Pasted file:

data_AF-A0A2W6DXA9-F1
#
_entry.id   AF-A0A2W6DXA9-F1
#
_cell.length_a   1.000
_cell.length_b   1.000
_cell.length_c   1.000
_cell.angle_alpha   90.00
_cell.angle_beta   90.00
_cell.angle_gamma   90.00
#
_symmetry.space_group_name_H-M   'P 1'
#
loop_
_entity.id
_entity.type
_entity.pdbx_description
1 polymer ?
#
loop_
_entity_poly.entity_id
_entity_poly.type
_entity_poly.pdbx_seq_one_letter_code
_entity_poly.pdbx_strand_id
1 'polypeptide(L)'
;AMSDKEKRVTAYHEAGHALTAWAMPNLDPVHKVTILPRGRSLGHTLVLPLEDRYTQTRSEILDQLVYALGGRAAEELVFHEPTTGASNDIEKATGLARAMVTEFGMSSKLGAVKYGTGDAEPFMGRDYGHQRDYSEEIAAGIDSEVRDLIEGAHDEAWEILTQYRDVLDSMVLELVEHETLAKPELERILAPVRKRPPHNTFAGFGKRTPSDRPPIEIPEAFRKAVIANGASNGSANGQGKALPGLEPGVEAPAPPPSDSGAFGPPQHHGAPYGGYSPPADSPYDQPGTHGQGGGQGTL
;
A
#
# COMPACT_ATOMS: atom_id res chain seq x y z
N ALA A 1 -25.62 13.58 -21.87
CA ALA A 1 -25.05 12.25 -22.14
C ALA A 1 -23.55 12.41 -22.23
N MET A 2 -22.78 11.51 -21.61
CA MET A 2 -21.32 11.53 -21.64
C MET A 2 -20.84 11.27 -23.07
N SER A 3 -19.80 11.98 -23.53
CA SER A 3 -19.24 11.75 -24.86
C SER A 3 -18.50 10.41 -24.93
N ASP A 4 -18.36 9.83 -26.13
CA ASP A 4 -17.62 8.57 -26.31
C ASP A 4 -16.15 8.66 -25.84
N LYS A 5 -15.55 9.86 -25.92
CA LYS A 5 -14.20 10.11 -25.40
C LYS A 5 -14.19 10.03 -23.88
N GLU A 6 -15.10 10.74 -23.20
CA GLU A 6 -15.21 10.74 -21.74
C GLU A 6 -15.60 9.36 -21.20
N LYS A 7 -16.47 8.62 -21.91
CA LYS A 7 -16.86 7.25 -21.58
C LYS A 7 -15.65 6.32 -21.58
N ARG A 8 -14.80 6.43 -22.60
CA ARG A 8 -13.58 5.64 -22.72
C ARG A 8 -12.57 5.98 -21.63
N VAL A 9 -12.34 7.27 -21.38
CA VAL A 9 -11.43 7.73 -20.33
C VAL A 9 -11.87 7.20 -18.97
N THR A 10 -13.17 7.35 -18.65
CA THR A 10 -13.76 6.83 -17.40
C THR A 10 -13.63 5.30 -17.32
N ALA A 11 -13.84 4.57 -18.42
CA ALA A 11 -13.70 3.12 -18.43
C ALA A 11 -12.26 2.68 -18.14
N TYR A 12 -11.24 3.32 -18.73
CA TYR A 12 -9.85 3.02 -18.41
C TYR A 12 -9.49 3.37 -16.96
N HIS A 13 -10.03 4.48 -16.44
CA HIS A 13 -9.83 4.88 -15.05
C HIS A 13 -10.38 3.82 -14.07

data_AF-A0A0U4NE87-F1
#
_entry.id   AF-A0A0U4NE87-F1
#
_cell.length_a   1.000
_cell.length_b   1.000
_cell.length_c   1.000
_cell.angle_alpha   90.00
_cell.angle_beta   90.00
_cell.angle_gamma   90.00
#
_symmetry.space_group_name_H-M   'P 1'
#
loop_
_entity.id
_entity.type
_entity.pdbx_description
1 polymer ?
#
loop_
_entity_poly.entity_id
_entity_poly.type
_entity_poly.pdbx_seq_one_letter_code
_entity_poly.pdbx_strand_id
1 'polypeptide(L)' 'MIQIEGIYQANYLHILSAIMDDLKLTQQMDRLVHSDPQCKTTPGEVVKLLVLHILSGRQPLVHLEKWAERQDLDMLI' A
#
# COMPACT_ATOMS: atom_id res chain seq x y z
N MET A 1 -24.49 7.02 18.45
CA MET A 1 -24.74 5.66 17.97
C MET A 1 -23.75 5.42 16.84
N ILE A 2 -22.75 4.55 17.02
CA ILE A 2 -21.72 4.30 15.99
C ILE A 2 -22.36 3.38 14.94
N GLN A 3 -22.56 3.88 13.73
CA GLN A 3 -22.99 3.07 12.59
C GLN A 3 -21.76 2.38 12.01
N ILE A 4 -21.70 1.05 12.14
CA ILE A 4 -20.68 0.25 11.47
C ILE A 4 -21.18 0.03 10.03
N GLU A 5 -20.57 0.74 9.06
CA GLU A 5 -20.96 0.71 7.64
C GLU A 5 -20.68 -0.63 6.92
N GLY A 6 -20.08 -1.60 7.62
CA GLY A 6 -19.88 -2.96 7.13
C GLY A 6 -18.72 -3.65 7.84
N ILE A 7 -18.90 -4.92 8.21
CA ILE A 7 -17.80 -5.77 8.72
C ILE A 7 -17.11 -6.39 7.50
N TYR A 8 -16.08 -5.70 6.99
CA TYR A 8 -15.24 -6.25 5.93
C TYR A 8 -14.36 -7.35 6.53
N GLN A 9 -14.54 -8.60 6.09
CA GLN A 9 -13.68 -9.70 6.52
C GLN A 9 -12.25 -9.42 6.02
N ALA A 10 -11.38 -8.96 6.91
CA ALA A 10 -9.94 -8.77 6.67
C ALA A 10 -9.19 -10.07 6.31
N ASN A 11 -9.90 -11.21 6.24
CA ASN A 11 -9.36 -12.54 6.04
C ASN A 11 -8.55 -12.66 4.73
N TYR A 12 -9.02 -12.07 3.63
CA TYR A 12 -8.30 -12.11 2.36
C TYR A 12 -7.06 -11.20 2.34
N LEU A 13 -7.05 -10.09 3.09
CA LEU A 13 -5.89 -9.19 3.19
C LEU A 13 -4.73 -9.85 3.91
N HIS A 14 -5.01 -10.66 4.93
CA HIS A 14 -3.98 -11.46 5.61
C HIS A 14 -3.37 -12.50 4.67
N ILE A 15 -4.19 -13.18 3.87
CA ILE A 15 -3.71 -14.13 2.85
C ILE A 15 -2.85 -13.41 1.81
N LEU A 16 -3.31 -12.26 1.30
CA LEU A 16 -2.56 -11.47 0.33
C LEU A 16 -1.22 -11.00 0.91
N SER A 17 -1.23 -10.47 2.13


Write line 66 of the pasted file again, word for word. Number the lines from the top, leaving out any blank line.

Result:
C TYR A 12 -9.49 3.37 -16.96